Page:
Archive for the ‘reading’ Category

 I’ve been reading Native American history lately, and I have a draft of a blog post about the American West waiting for a little more work.  So, I eagerly clicked on the link in my gmail this morning that took me to this Discovery Channel article about new archaeological discoveries related to Native Americans.  It seems that, based on mitochondrial DNA, they can be traced to six founding mothers.  The article itself is worth a look, especially for educators, since at the bottom of the first page there is a nice video about the “cool” job of archaeology.

Here’s my question on this early Sunday morning: how did Google know?  Or, was it just a coincidence?  I’m used to the links at the top of the page being related to my email.  In fact, it’s even funny sometimes how they find just the right link to go with whatever I’m reading.  But, as far as I know, I haven’t either sent or received email related to Native Americans.  I have, however, done several Google searches so perhaps that’s where it’s coming from.  Or, maybe, it is just a coincidence.  And, while it worries me a little that Google seems to know a lot about me, I’m also sort of happy since I probably wouldn’t have found the article on my own.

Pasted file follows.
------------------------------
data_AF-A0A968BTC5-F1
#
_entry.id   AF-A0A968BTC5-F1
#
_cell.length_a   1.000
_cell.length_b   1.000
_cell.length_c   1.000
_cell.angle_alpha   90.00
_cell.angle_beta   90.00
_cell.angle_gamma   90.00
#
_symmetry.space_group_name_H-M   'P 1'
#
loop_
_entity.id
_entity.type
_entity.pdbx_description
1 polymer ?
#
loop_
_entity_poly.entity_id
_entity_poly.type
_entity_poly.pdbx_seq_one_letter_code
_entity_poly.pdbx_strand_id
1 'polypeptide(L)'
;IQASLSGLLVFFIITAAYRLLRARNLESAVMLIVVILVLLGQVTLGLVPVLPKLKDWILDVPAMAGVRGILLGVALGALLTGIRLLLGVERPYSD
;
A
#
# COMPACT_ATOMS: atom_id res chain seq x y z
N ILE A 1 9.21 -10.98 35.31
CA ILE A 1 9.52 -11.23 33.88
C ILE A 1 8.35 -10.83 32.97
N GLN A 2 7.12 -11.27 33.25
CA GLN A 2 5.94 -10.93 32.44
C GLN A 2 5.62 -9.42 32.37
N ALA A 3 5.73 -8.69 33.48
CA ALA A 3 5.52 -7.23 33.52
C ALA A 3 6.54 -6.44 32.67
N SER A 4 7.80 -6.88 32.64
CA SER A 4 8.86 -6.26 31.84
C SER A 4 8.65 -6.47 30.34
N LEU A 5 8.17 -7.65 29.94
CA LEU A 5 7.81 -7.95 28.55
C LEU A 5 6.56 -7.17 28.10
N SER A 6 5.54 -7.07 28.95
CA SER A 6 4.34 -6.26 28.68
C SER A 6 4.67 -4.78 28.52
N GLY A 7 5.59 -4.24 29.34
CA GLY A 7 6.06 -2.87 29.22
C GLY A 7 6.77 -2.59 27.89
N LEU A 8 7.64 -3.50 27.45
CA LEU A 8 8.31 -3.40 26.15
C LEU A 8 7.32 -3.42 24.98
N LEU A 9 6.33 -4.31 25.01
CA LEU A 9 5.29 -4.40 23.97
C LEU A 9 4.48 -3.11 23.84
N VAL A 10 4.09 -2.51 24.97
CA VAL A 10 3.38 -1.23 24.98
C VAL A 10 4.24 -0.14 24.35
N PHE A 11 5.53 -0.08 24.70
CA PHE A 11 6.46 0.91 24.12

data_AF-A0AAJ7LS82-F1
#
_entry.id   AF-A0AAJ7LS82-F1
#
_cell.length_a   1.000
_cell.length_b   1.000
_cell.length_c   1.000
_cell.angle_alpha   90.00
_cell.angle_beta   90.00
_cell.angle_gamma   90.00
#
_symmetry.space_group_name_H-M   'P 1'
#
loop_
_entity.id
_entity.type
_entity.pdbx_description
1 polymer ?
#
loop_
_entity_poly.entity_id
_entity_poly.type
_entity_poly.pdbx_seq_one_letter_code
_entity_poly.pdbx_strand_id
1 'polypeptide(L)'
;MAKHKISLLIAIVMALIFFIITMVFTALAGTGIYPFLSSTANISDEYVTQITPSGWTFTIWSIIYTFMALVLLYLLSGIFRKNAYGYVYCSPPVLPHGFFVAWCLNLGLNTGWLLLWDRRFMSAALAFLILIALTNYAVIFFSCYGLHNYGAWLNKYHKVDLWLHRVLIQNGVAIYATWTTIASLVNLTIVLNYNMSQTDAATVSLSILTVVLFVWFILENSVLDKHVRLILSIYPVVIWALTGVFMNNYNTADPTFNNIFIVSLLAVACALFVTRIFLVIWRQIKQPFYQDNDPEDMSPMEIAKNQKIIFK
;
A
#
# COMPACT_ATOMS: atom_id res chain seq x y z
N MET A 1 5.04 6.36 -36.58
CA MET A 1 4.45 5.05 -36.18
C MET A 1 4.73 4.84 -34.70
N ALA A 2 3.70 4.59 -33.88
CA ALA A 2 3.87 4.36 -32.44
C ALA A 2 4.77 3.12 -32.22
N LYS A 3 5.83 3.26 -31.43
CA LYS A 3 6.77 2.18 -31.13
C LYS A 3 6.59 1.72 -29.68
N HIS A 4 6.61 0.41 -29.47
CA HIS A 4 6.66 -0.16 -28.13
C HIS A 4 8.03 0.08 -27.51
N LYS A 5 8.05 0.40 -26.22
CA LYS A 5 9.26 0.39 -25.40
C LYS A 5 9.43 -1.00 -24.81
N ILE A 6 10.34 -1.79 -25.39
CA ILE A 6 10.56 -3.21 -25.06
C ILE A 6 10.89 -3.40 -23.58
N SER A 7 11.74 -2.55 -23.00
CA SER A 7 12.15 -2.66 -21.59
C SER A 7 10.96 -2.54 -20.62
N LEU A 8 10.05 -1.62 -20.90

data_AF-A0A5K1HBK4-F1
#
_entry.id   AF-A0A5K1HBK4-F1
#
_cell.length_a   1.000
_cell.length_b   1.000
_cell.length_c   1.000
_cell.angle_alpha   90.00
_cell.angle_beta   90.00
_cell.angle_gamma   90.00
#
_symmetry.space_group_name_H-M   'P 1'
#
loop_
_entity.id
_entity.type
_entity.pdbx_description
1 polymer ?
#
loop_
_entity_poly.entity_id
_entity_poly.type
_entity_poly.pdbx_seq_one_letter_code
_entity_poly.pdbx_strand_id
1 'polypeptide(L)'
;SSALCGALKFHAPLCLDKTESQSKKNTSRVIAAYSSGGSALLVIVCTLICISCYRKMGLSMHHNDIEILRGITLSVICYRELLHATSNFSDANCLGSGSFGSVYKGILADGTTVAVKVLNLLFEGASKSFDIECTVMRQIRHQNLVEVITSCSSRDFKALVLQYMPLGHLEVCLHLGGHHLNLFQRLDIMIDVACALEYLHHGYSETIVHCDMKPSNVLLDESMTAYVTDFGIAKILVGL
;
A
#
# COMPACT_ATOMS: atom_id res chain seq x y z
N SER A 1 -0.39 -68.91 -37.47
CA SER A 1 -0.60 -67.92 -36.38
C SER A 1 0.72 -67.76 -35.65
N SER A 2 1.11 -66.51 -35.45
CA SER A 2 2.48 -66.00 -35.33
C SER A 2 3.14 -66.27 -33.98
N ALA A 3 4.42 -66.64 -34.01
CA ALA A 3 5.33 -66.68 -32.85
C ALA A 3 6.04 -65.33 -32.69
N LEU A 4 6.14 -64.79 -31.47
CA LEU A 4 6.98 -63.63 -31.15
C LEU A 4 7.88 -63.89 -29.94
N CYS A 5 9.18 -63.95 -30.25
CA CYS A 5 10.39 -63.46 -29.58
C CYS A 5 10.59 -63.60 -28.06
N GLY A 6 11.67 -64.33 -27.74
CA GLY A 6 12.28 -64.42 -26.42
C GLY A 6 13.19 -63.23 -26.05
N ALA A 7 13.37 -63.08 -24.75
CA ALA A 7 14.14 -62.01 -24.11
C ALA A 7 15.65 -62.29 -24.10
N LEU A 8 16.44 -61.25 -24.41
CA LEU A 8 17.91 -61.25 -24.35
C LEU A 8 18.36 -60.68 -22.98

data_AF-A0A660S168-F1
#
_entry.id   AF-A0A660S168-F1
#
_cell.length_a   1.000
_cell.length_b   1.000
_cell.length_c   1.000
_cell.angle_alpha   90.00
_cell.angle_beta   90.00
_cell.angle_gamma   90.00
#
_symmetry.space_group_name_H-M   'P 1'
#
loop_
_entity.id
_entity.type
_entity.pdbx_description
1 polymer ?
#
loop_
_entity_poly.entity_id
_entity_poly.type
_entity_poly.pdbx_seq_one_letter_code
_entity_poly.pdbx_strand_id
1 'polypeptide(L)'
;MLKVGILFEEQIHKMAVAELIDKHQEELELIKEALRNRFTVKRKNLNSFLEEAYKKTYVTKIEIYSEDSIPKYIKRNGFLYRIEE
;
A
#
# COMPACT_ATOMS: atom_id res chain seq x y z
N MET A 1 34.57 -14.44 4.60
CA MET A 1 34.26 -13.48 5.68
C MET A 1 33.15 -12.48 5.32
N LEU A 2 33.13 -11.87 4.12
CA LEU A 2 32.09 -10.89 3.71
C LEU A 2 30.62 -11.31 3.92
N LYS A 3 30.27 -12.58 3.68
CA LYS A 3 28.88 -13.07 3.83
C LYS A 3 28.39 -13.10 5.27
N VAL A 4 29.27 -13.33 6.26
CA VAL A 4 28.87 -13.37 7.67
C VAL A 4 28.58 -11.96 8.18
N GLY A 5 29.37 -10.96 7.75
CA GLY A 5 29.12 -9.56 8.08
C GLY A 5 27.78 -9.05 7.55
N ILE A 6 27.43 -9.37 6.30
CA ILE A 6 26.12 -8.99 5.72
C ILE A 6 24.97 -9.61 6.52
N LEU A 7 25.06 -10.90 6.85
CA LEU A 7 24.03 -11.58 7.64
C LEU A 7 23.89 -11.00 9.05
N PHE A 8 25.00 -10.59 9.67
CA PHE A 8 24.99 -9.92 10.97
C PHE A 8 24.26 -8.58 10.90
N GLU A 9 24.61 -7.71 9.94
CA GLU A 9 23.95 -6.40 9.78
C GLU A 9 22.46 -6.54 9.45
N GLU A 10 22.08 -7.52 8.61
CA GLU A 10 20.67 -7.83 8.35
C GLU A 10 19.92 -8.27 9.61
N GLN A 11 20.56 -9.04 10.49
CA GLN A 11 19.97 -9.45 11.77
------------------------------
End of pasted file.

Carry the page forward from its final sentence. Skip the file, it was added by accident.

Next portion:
Read this after I posted this morning: Rescue reading – The Boston Globe

Here’s the NEA report that started all the discussion.

Then, I remembered the street banner I saw when I was in Scranton recently about the Scranton Reads! program.

Mostly, I’m even more confused about the definition of words “reading” and “books” and “literacy”.  Text, albeit digital and incorporated into multimedia, will still be a part of the way people get information.  I’m assuming that the test scores that have leveled off come from print-based tests using traditional texts.  I think there may be a little literature out there about how text and images combine to influence reading comprehension.  Could we use webpages as a way to test reading ability?  What would happen if you took the traditional text included on the tests, say an essay by Ralph Waldo Emerson, and made it into a multimedia presentation with links, accompanying images, maybe even a video about Emerson?  Would their interest go up in this famous American writer?  And, more importantly, would their comprehension go up?  Would they actually read the essay or would they spend their time clicking links and watching the video?  And, if they learn something about Emerson from those links and videos, would it matter that they never read the essay?